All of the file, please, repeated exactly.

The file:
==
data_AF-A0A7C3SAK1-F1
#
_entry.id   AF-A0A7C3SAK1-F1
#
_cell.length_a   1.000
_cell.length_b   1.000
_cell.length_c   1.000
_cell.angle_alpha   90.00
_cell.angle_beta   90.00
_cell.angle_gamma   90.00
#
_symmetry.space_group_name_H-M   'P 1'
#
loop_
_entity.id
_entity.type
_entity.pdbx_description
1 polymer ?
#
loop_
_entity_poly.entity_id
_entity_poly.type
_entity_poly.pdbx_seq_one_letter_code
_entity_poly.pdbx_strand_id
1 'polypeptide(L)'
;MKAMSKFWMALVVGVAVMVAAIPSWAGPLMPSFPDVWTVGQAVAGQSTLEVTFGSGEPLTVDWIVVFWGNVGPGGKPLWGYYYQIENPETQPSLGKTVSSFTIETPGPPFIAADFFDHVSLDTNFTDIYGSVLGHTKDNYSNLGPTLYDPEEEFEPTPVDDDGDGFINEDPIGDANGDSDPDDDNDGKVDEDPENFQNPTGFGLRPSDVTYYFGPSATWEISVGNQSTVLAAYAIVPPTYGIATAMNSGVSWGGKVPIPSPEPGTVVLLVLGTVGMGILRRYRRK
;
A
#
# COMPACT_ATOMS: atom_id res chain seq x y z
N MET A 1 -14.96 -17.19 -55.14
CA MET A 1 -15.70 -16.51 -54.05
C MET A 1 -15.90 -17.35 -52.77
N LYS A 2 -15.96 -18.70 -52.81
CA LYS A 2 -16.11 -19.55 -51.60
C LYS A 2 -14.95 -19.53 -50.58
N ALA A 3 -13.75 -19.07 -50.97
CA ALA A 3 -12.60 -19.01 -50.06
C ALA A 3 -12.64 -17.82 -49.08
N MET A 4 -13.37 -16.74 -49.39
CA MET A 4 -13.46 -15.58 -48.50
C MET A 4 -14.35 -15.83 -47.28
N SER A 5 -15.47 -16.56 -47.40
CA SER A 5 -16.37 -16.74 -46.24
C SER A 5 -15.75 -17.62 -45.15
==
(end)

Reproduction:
data_AF-A0A7C3SAK1-F1
#
_entry.id   AF-A0A7C3SAK1-F1
#
_cell.length_a   1.000
_cell.length_b   1.000
_cell.length_c   1.000
_cell.angle_alpha   90.00
_cell.angle_beta   90.00
_cell.angle_gamma   90.00
#
_symmetry.space_group_name_H-M   'P 1'
#
loop_
_entity.id
_entity.type
_entity.pdbx_description
1 polymer ?
#
loop_
_entity_poly.entity_id
_entity_poly.type
_entity_poly.pdbx_seq_one_letter_code
_entity_poly.pdbx_strand_id
1 'polypeptide(L)'
;MKAMSKFWMALVVGVAVMVAAIPSWAGPLMPSFPDVWTVGQAVAGQSTLEVTFGSGEPLTVDWIVVFWGNVGPGGKPLWGYYYQIENPETQPSLGKTVSSFTIETPGPPFIAADFFDHVSLDTNFTDIYGSVLGHTKDNYSNLGPTLYDPEEEFEPTPVDDDGDGFINEDPIGDANGDSDPDDDNDGKVDEDPENFQNPTGFGLRPSDVTYYFGPSATWEISVGNQSTVLAAYAIVPPTYGIATAMNSGVSWGGKVPIPSPEPGTVVLLVLGTVGMGILRRYRRK
;
A
#
# COMPACT_ATOMS: atom_id res chain seq x y z
N MET A 1 -14.96 -17.19 -55.14
CA MET A 1 -15.70 -16.51 -54.05
C MET A 1 -15.90 -17.35 -52.77
N LYS A 2 -15.96 -18.70 -52.81
CA LYS A 2 -16.11 -19.55 -51.60
C LYS A 2 -14.95 -19.53 -50.58
N ALA A 3 -13.75 -19.07 -50.97
CA ALA A 3 -12.60 -19.01 -50.06
C ALA A 3 -12.64 -17.82 -49.08
N MET A 4 -13.37 -16.74 -49.39
CA MET A 4 -13.46 -15.58 -48.50
C MET A 4 -14.35 -15.83 -47.28
N SER A 5 -15.47 -16.56 -47.40
CA SER A 5 -16.37 -16.74 -46.24
C SER A 5 -15.75 -17.62 -45.15